"Real magic in relationships means an absence of judgment of others." Wayne Dyer
Perhaps so, yet there is a BIG difference, and as I ponder what I think the greatest distinction is, I've decided that what makes coaching unique from all other disciplines is the safety created by our refraining from judgment.
There has been much written about the negative impact of judgment on the brain (see David Rock's work-- particularly as it relates to his SCARF model); or Brene Brown's popular youtube video on The Power of Vulnerability with over 1 million views, and was recently featured on The Oprah Winfrey Network. Judgment hurts and, to the brain, is received in the same way as if a huge tiger was chasing you! It causes pain and results in a fight or flight reaction. Why do people get defensive when criticized? Why do people avoid those who are so adamant about their being right and you being wrong?
I was working with a client recently who had a great deal of emotion around unfulfilled promises in the work setting. She was promised a promotion that due to numerous changes at work, didn't happen. Our work focused around her ultimate goal and what actions would be in service to her goal. She could remain bitter and angry, but would that advance her desire to be seen as worthy of promotion? What other choices did she have and what was she willing to do? What was most important?
As you can imagine, emotions around value, self-worth, self-confidence and respect were prevalent. How does one assess their value? Does it come from us or from people external to us? And, what power are we willing to relinquish and to what impact?
I found myself feeling great after our conversation, believing that the client had insights that may serve her well in reaching her goals. Within 24 hours, the client took action that I found myself questioning. As I wrestled with what to do/ say about this, I paused and thought about the coaching relationship. My role is not to judge. The client's success or failure is not about ME... what I would do in any situation is about ME and not my client.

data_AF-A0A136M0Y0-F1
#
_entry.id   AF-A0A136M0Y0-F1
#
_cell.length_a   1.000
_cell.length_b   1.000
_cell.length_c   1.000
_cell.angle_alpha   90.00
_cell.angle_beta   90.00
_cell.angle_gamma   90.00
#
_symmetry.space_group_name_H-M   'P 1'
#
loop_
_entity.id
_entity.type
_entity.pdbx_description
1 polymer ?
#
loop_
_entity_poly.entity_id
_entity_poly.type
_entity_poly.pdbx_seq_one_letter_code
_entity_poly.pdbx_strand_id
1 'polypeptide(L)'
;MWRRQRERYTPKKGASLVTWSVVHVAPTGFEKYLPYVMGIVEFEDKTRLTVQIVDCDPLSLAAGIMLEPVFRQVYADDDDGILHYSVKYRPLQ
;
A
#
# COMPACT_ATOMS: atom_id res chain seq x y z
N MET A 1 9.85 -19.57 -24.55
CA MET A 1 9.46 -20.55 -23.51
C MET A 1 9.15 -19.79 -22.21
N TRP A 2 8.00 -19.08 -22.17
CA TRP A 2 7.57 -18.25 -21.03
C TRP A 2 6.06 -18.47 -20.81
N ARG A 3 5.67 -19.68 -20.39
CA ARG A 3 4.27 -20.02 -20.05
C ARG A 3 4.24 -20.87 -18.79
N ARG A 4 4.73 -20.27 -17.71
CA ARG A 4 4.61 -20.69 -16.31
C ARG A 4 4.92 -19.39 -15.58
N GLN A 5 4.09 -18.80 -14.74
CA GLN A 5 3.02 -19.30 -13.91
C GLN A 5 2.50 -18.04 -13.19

My role as coach, is to be aware of my own reactions and judgments, and put that aside. As a coach, I enter a dialogue with my client around what prompted her to act, and how it has advanced or interfered with her vision of success. My role is not to be right or wrong... nor to hold that judgment up to my client. My role is to be a mirror reflecting back to my client my observations of her behavior, and the impact the behavior has had on her success. Knowing that she is infinitely wise and capable, I know she will find her way.
There are few other relationships I know of where that level of acceptance, belief, and validation exist. The safety created in an attitude of "non-judgment" is palpable and makes ALL the difference. The only other relationship I know of that holds that safety is our relationship with our four-legged friends. They don't care what mood we're in; whether we did something that could be perceived as "stupid;" they don't care that we ignored them or forgot their 5pm feeding and are late. All they care about is that we are there for them; take care of their basic needs, and spend a few moments sharing in their unconditional love. I could do much worse than using my feline companions as models for how I wish to BE with my clients! Perhaps I should start asking my clients: "Are you purring??"
As always, I welcome your thoughts and insights!